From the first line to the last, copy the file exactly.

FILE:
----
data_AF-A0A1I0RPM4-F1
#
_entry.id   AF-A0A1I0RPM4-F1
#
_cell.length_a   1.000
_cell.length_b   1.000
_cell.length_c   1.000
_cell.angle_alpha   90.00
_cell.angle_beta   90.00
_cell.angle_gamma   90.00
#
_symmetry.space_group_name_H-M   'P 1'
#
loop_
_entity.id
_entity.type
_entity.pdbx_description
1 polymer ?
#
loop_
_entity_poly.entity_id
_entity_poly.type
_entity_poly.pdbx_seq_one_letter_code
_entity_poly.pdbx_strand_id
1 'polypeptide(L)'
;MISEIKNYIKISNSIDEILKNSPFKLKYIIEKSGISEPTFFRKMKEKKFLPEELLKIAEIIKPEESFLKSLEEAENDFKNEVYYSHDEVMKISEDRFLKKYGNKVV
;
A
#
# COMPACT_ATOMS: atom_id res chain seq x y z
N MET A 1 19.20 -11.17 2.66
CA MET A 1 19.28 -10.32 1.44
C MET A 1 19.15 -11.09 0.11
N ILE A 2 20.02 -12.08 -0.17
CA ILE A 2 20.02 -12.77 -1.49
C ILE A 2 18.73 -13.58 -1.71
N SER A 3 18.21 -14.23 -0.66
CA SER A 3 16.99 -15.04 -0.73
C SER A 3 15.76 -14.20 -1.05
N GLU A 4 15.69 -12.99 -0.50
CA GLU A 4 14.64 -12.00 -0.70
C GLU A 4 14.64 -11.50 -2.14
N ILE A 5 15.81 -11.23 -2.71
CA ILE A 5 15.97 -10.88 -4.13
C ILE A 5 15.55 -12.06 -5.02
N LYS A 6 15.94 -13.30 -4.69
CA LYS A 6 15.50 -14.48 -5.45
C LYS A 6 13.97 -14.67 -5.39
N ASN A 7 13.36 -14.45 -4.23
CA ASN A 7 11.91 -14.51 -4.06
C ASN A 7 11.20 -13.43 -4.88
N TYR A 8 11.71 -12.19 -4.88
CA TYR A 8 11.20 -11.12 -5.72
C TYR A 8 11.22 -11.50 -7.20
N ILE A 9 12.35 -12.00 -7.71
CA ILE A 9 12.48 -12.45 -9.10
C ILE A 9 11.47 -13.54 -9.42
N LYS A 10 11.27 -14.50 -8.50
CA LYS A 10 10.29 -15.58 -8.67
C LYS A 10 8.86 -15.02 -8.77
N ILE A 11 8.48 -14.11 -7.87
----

data_AF-A0A1I0RPM4-F1
#
_entry.id   AF-A0A1I0RPM4-F1
#
_cell.length_a   1.000
_cell.length_b   1.000
_cell.length_c   1.000
_cell.angle_alpha   90.00
_cell.angle_beta   90.00
_cell.angle_gamma   90.00
#
_symmetry.space_group_name_H-M   'P 1'
#
loop_
_entity.id
_entity.type
_entity.pdbx_description
1 polymer ?
#
loop_
_entity_poly.entity_id
_entity_poly.type
_entity_poly.pdbx_seq_one_letter_code
_entity_poly.pdbx_strand_id
1 'polypeptide(L)'
;MISEIKNYIKISNSIDEILKNSPFKLKYIIEKSGISEPTFFRKMKEKKFLPEELLKIAEIIKPEESFLKSLEEAENDFKNEVYYSHDEVMKISEDRFLKKYGNKVV
;
A
#
# COMPACT_ATOMS: atom_id res chain seq x y z
N MET A 1 19.20 -11.17 2.66
CA MET A 1 19.28 -10.32 1.44
C MET A 1 19.15 -11.09 0.11
N ILE A 2 20.02 -12.08 -0.17
CA ILE A 2 20.02 -12.77 -1.49
C ILE A 2 18.73 -13.58 -1.71
N SER A 3 18.21 -14.23 -0.66
CA SER A 3 16.99 -15.04 -0.73
C SER A 3 15.76 -14.20 -1.05
N GLU A 4 15.69 -12.99 -0.50
CA GLU A 4 14.64 -12.00 -0.70
C GLU A 4 14.64 -11.50 -2.14
N ILE A 5 15.81 -11.23 -2.71
CA ILE A 5 15.97 -10.88 -4.13
C ILE A 5 15.55 -12.06 -5.02
N LYS A 6 15.94 -13.30 -4.69
CA LYS A 6 15.50 -14.48 -5.45
C LYS A 6 13.97 -14.67 -5.39
N ASN A 7 13.36 -14.45 -4.23
CA ASN A 7 11.91 -14.51 -4.06
C ASN A 7 11.20 -13.43 -4.88
N TYR A 8 11.71 -12.19 -4.88
CA TYR A 8 11.20 -11.12 -5.72
C TYR A 8 11.22 -11.50 -7.20
N ILE A 9 12.35 -12.00 -7.71
CA ILE A 9 12.48 -12.45 -9.10
C ILE A 9 11.47 -13.54 -9.42
N LYS A 10 11.27 -14.50 -8.50
CA LYS A 10 10.29 -15.58 -8.67
C LYS A 10 8.86 -15.02 -8.77
N ILE A 11 8.48 -14.11 -7.87